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Leave us Alone

A lot of ranchers, especially public lands ranchers and those involved with all types of livestock, are starting to get that dazed look in their eyes these days.
First, they all realize that spring and its accompanying busy times are getting nearer, as soon as we get through winter. There are enough issues to deal with on the home front without watching the evening news or reading the Roundup and finding news we’re not happy about. We’re kind of immune to finding good news from Washington, D.C., even though our President talks about jobs and cutting costs now that he knows he has to swing toward the center to have any impact. Many of us hope he follows Jimmy Carter and only last four years, because he has certainly done enough damage in his first two years to set us back for many to come.
Two issues that agriculture is faced with today are the old issue of animal welfare and a new issue that just recently jumped up – “Wild Lands” policy. The bad part is that both are moving targets, but the good part is that we’re learning to live with and manage the animal welfare issue and there are ways to combat the wild lands issue.
The Department of Interior (DOI) and Interior Secretary Ken Salazar have really blindsided the Bureau of Land Management (BLM) with this issue of ‘wild lands.” Even the Wyoming BLM was caught off guard by the action, which was brought on by those who want more wilderness areas in the west but couldn’t get them done under current practices – namely, that wilderness should only be designated by Congress, period.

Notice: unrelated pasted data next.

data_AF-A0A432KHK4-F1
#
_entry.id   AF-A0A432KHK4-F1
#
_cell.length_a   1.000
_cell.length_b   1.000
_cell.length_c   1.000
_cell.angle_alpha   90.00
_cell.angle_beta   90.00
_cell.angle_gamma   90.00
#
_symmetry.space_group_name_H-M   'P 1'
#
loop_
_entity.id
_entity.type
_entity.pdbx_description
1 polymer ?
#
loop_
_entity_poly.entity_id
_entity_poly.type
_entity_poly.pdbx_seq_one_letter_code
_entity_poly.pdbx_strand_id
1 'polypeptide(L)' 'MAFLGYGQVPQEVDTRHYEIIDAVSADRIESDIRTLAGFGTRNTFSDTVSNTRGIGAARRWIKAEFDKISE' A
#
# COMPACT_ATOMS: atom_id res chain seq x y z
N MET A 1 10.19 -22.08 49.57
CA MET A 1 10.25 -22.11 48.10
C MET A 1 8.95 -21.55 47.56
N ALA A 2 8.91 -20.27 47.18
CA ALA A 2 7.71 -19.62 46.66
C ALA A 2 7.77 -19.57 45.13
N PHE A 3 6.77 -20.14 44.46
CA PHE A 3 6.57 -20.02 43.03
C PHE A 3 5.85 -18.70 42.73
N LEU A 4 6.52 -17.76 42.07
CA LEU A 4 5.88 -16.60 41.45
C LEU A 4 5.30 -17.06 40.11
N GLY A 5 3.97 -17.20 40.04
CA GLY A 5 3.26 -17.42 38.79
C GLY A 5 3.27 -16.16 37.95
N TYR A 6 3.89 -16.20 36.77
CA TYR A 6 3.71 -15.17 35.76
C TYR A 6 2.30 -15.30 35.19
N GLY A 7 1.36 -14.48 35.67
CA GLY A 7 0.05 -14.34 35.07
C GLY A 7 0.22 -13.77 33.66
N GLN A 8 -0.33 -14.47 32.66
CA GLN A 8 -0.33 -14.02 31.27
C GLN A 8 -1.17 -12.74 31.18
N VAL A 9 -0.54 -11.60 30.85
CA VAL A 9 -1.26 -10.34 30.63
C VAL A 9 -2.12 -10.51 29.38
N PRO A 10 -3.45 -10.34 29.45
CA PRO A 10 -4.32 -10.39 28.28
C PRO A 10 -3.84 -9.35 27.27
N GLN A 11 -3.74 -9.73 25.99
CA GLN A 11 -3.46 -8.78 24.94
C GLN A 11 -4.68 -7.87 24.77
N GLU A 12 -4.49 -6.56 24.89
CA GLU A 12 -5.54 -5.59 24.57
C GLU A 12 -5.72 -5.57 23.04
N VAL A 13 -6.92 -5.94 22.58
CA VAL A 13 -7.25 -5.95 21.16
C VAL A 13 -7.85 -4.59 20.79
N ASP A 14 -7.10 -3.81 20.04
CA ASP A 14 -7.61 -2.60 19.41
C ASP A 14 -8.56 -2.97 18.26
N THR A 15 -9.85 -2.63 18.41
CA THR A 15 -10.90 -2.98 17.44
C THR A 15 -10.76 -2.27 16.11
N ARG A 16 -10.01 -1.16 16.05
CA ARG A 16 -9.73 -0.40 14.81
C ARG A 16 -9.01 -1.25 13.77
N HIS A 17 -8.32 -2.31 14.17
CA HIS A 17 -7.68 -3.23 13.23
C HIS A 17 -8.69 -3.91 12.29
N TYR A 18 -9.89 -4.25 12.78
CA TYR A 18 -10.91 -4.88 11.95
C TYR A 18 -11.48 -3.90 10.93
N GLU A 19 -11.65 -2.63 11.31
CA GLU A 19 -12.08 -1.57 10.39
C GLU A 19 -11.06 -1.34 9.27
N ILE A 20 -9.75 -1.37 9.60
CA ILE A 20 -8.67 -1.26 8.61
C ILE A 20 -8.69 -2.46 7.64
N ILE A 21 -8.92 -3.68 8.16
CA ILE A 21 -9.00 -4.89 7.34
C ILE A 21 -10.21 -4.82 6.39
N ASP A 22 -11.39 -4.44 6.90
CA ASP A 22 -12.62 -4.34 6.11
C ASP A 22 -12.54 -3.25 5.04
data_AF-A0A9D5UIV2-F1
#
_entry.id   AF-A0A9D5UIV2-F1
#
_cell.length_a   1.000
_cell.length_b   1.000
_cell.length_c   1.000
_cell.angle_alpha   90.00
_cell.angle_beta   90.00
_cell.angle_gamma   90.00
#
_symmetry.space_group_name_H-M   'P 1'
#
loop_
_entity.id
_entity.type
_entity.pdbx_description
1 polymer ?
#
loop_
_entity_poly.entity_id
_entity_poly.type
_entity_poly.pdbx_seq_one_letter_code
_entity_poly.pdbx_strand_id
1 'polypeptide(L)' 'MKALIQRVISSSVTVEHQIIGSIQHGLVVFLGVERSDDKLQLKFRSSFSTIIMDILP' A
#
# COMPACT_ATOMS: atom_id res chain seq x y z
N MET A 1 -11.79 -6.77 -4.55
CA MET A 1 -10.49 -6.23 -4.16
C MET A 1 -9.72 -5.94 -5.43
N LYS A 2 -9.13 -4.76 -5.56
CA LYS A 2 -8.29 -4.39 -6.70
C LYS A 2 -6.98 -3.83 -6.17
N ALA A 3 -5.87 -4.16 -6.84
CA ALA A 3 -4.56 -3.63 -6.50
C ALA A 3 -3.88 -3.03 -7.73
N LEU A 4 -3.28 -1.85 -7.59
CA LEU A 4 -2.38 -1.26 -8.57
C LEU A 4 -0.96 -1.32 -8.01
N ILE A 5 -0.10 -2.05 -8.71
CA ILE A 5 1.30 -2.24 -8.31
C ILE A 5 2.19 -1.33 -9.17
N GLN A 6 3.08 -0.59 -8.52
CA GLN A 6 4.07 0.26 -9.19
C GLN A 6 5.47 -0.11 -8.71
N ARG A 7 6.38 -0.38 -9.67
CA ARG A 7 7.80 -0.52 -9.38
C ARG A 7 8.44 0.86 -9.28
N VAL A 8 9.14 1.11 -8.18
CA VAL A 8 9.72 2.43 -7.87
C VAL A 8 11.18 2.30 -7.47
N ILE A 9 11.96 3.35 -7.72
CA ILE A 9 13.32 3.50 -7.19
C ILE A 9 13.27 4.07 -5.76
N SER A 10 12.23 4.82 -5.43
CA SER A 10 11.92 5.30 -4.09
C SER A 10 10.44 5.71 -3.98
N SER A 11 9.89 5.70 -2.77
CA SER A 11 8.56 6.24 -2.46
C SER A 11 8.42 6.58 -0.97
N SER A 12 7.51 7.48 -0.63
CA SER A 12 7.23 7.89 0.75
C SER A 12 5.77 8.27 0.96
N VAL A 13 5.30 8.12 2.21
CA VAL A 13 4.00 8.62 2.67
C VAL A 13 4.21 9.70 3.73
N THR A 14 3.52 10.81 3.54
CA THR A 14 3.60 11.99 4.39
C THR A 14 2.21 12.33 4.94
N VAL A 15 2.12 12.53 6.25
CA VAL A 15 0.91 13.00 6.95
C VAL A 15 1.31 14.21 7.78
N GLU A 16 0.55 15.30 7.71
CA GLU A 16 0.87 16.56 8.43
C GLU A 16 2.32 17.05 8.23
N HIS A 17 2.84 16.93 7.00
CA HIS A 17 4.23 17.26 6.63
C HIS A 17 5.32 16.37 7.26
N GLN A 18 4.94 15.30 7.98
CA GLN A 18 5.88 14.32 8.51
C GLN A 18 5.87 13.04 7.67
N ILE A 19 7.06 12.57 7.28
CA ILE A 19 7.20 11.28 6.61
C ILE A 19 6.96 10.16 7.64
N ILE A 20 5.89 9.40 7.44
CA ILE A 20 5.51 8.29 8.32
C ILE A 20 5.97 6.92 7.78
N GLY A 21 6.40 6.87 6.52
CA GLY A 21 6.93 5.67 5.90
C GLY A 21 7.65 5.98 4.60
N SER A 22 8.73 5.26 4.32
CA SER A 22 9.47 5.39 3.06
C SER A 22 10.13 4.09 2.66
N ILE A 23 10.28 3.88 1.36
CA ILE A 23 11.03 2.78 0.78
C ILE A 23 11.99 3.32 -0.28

Years back, some BLM areas of the state were placed under potential wilderness status. They didn’t get the pure wilderness status, but the BLM has managed them as wilderness. There were also a number of areas that really didn’t meet the wilderness criteria but, in the eyes of some, needed protection. The funny part is that many people who are in favor of this recent action have most likely never been to Wyoming and live in the East or along the West Coast. Now the DOI plans to manage these select areas by a land use plan that can restrict multiple uses like energy development, and even grazing.
I first thought this action wouldn’t hurt Wyoming, but I was wrong. The whole West is vulnerable through any BLM lands states might have. As with animal welfare, we have to recognize the issue, realize its weak points and also realize these issues will never disappear – they have to be dealt with.
Around this time of the year we’re all just saying, “Leave me alone, I just want to chase cows or sheep,” but our world today will not allow it. We have some great friends in Congress, and especially in the U.S. House after the last election. If someone pushes something through without Congress’s approval, Congress can always vote against funding it.
As always, we need to be our own spokesperson as we live with the issues.     
Dennis